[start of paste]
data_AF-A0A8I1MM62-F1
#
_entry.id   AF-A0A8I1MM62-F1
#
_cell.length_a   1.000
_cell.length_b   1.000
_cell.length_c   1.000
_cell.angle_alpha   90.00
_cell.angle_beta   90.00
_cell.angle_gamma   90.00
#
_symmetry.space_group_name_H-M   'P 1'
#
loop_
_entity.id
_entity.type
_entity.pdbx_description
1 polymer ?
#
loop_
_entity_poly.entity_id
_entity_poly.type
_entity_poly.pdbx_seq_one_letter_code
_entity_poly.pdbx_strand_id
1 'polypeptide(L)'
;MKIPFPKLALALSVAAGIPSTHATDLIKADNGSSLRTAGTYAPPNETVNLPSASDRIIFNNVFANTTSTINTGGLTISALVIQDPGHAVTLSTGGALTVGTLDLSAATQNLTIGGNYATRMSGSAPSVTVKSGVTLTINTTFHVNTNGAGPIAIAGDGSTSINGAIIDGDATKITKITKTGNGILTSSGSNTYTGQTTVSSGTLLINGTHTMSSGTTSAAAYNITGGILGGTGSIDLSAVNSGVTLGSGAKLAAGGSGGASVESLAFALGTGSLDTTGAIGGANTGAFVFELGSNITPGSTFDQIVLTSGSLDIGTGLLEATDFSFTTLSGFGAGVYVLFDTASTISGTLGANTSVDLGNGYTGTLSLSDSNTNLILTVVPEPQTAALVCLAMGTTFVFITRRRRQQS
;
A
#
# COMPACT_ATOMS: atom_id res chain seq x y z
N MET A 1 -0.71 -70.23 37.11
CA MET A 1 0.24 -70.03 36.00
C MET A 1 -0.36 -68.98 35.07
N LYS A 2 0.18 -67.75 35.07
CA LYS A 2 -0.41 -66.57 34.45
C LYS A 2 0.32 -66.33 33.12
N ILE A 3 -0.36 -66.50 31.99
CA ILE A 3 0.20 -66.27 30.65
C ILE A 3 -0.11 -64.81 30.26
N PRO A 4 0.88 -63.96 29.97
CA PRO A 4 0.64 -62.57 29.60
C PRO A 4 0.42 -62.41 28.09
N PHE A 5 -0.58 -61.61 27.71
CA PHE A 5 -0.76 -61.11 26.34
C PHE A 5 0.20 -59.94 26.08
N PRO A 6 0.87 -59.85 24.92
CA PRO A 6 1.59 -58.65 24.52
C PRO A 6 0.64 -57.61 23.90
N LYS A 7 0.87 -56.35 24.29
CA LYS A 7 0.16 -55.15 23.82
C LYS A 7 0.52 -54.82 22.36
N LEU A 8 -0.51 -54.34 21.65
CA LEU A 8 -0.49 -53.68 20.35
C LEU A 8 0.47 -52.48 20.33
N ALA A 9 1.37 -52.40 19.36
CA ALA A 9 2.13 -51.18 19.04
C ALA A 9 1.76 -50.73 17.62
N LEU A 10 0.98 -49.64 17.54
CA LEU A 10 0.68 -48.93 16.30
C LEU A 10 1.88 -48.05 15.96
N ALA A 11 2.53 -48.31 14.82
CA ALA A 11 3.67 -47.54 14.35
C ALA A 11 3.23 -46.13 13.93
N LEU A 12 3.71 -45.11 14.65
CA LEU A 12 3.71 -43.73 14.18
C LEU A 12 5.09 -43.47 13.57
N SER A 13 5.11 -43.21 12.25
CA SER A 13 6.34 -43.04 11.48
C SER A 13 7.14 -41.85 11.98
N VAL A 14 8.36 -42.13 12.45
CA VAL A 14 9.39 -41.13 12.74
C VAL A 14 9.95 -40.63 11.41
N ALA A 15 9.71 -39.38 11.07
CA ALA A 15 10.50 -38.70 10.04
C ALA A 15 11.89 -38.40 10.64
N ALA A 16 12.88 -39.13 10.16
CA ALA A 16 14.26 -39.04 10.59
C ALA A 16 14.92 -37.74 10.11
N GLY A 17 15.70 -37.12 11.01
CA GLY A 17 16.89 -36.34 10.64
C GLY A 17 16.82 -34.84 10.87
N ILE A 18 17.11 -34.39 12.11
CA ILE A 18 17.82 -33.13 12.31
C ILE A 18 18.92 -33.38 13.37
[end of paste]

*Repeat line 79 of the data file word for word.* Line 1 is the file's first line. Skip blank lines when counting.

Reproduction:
N GLY A 17 15.70 -37.12 11.01